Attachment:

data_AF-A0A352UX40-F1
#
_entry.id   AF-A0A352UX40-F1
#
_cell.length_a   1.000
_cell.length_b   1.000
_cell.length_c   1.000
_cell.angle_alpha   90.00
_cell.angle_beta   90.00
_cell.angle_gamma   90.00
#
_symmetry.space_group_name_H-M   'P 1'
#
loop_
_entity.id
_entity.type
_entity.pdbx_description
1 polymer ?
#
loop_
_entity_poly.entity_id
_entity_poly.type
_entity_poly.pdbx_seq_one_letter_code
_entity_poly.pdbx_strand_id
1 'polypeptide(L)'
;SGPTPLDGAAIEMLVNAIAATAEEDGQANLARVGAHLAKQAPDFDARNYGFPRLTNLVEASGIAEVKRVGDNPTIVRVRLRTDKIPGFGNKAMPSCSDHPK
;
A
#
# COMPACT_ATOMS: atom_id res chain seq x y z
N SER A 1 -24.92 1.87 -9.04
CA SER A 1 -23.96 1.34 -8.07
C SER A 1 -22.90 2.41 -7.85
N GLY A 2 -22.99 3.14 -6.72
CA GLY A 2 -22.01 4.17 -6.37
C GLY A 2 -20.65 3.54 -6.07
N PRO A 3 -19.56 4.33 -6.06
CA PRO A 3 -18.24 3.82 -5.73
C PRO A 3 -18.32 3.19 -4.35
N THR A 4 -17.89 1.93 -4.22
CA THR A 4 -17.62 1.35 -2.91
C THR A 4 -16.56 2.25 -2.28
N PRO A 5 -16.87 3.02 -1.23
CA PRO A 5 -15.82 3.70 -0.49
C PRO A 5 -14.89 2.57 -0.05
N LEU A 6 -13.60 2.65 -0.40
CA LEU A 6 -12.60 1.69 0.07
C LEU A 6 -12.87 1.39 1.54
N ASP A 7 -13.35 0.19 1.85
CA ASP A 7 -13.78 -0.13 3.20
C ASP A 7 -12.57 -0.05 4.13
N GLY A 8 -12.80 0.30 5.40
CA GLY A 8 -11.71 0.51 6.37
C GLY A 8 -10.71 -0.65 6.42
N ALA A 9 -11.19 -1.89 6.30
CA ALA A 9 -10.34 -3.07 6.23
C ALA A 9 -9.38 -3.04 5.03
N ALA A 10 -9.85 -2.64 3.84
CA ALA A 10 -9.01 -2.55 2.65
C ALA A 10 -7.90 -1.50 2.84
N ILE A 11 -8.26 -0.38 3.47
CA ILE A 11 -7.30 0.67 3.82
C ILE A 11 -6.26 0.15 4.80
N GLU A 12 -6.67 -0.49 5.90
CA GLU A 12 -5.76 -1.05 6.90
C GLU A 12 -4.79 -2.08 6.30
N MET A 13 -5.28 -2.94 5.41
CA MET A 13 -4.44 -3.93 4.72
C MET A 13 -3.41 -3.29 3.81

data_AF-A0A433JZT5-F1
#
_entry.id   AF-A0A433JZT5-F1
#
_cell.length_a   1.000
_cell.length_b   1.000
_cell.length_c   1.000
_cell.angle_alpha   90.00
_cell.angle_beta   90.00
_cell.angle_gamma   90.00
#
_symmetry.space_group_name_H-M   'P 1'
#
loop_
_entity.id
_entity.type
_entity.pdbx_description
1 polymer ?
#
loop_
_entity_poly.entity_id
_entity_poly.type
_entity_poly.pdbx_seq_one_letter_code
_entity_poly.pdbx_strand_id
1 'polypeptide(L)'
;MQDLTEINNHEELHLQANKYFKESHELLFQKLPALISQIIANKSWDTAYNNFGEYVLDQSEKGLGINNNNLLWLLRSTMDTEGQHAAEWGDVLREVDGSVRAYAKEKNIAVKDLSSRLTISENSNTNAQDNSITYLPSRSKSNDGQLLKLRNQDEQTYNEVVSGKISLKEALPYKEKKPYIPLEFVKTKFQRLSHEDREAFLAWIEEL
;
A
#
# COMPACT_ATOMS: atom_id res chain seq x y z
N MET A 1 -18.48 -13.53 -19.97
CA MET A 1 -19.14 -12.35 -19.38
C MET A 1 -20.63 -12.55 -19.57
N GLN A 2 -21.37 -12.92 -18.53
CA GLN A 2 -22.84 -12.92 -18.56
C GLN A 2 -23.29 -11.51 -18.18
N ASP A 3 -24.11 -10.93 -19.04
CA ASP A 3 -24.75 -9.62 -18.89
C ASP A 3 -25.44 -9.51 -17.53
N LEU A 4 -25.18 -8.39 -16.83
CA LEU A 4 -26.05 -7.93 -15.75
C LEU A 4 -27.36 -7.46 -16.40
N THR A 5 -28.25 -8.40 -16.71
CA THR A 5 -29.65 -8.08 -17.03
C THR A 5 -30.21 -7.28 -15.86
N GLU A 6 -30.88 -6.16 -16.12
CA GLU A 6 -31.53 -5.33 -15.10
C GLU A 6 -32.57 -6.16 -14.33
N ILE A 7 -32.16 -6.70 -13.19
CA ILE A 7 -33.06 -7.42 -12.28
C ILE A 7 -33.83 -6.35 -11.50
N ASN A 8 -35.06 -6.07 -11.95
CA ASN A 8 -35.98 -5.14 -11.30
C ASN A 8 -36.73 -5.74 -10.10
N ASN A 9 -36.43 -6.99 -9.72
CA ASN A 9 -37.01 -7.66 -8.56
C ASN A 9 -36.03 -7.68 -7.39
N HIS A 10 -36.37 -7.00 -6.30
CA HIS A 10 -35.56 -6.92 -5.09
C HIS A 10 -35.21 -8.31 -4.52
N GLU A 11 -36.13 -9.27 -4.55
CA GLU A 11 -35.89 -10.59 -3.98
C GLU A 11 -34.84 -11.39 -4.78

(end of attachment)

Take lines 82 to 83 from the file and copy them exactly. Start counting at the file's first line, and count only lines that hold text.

#
loop_